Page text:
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Cyprus News Agency: News in English (AM), 97-11-07

Cyprus News Agency: News in English Directory - Previous Article - Next Article

From: The Cyprus News Agency at <>


  • [01] UN, US to intensify efforts for Cyprus solution
  • [02] Ancient monuments in occupied Cyprus under destruction
  • [03] Discussions with no specific agenda
  • [04] China and Cyprus sign cultural agreement
  • [05] Kasoulides comments on Holbrooke's visit

  • 0030:CYPPRESS:01

    [01] UN, US to intensify efforts for Cyprus solution

    Nicosia, Nov 7 (CNA) -- In the year 1998, the United Nations and the United States will concentrate their efforts to promote a Cyprus settlement, Cyprus President Glafcos Clerides has said.

    He stressed that he considers necessary to be present during this time. Clerides announced tonight his decision to seek re-election for a second five-year term. The elections will be held in February 1998.

    President Clerides gave a two-hour press conference on the achievements of his government in the past five years.

    Referring to the Cyprus problem, the President said the Turkish positions have remained unaltered since the 1974 Turkish invasion and occupation of the island's northern third.

    "There has not been any move on the Turkish positions on issues such as sovereignty, rotating presidency, territory, and guarantees", he said.

    President Clerides noted that although the Turkish positions remain unchanged, "we now witness a substantial international reaction" to promote a Cyprus settlement.

    He referred to recent statements in Ankara by European External Relations Commissioner, Hans Van den Broek, who called for the withdrawal of the Turkish occupation troops and statements by German Chancellor, Helmut Kohl, that Turkey can enter the EU only if there is progress in Cyprus.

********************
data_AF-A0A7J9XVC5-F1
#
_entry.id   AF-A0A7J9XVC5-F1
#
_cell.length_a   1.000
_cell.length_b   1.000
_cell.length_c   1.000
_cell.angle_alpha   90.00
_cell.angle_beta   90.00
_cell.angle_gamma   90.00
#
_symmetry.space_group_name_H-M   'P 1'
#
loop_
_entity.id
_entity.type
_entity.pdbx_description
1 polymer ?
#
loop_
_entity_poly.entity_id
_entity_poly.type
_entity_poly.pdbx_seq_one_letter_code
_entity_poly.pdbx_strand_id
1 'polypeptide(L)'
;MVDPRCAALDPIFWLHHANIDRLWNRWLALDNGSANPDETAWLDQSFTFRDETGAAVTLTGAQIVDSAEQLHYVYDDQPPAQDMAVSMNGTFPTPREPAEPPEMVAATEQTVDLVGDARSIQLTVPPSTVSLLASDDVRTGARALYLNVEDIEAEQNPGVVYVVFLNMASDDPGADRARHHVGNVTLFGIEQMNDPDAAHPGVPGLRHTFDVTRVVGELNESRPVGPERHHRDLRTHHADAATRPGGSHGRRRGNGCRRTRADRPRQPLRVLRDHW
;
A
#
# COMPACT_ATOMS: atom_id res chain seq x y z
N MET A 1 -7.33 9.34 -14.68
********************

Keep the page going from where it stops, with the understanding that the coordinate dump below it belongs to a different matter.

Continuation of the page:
"We have indications that other countries are pressing Turkey to realise that it must proceed with a Cyprus settlement before approaching the united Europe", the President pointed out.

    Clerides referred to the great international interest in a Cyprus solution, something which is evidenced by the appointment of a large number of envoys monitoring developments in the Cyprus problem, who express support to the UN Secretary-General's efforts.

    "We also have an indication that the US are now entering the process with (Presidential Emissary Richard) Holbrooke leading the way", the President said.

    President Clinton's Emissary for Cyprus will arrive on Monday in Cyprus for talks with President Clerides and Turkish Cypriot leader Rauf Denktash.

    Clerides said after the 1998 presidential elections, "there will be activity on the part of the UN, with a simultaneous move by the American factor", he added.

    For this reason, he said the government must be ready because the international community finally realises that the status quo on the island cannot continue and "that they should concentrate their efforts to promote a Cyprus settlement in 1998".

    Asked whether he is "afraid" of Holbrooke's involvement in efforts for a Cyprus settlement, Clerides said it is not his character to be afraid.

    On the contrary, he said Holbrooke's presence "implies the start of the US initiative".

    He stressed that the US is the only country which can exert pressure on Turkey.

    Regarding the Russian S-300 anti-aircraft missiles, Clerides said the reason for the purchase of the surface-to-air missiles expected to be deployed in Cyprus in mid 1998 was that the Republic's land forces needed adequate air cover.